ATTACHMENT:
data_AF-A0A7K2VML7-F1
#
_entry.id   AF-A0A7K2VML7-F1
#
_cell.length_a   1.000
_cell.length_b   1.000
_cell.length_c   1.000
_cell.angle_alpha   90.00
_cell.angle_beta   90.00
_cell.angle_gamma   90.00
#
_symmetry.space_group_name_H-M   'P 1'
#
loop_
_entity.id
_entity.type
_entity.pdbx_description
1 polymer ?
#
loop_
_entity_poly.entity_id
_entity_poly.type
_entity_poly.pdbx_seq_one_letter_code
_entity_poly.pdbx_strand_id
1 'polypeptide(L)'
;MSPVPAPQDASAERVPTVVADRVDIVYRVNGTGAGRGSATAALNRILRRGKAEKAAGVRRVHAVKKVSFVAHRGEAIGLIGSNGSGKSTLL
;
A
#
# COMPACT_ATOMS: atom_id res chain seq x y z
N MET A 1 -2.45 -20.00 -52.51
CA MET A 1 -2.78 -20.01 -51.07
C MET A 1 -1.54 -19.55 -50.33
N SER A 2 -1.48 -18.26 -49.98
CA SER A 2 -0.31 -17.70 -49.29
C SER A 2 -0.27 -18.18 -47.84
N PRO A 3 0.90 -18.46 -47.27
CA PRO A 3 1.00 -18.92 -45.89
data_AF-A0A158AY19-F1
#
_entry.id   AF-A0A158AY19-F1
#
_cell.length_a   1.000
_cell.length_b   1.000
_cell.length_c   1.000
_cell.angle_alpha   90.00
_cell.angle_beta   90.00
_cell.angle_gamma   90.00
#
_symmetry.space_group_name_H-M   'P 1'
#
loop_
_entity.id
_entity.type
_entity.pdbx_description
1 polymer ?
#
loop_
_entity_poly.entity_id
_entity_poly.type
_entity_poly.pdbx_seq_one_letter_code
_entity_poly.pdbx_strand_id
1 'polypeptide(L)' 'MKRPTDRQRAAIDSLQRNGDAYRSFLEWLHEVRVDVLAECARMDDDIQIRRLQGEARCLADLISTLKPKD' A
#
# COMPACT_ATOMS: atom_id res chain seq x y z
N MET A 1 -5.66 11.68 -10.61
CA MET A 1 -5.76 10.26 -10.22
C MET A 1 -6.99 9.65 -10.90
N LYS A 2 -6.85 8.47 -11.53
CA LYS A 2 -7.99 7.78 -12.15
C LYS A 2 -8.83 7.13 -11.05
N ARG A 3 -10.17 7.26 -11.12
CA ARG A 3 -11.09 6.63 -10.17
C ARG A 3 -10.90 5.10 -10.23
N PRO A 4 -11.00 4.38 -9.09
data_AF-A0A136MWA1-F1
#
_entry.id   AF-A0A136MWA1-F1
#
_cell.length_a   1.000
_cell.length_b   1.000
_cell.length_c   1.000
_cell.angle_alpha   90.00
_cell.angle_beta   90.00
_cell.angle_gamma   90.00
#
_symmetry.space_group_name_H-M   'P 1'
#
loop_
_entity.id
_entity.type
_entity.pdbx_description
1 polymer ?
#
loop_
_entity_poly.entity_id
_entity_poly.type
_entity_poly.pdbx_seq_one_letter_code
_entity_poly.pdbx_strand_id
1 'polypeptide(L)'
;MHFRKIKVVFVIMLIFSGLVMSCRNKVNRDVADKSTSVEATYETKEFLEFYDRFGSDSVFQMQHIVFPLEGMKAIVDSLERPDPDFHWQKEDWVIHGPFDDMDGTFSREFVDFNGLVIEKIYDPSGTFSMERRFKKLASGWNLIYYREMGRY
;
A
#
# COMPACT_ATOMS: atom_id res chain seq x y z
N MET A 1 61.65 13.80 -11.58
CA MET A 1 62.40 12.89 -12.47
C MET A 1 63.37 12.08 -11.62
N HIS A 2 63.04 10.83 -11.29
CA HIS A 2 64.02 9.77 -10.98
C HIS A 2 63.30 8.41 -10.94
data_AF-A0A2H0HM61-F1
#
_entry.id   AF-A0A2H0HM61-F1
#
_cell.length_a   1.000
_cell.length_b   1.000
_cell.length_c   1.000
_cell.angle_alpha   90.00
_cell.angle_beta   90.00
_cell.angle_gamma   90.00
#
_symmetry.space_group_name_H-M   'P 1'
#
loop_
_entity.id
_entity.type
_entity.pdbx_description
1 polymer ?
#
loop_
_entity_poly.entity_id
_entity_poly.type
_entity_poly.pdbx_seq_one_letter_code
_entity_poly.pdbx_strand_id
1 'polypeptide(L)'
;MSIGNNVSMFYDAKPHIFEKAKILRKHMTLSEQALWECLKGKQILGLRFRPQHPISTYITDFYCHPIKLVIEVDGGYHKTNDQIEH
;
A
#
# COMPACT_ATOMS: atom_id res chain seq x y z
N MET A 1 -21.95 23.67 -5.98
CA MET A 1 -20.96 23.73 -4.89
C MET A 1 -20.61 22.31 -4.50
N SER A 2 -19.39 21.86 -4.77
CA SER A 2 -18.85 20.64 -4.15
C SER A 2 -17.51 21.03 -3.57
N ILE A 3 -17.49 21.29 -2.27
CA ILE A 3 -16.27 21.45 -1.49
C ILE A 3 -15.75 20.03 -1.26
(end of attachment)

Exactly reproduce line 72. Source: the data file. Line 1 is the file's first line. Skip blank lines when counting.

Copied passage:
N ARG A 3 -10.17 7.26 -11.12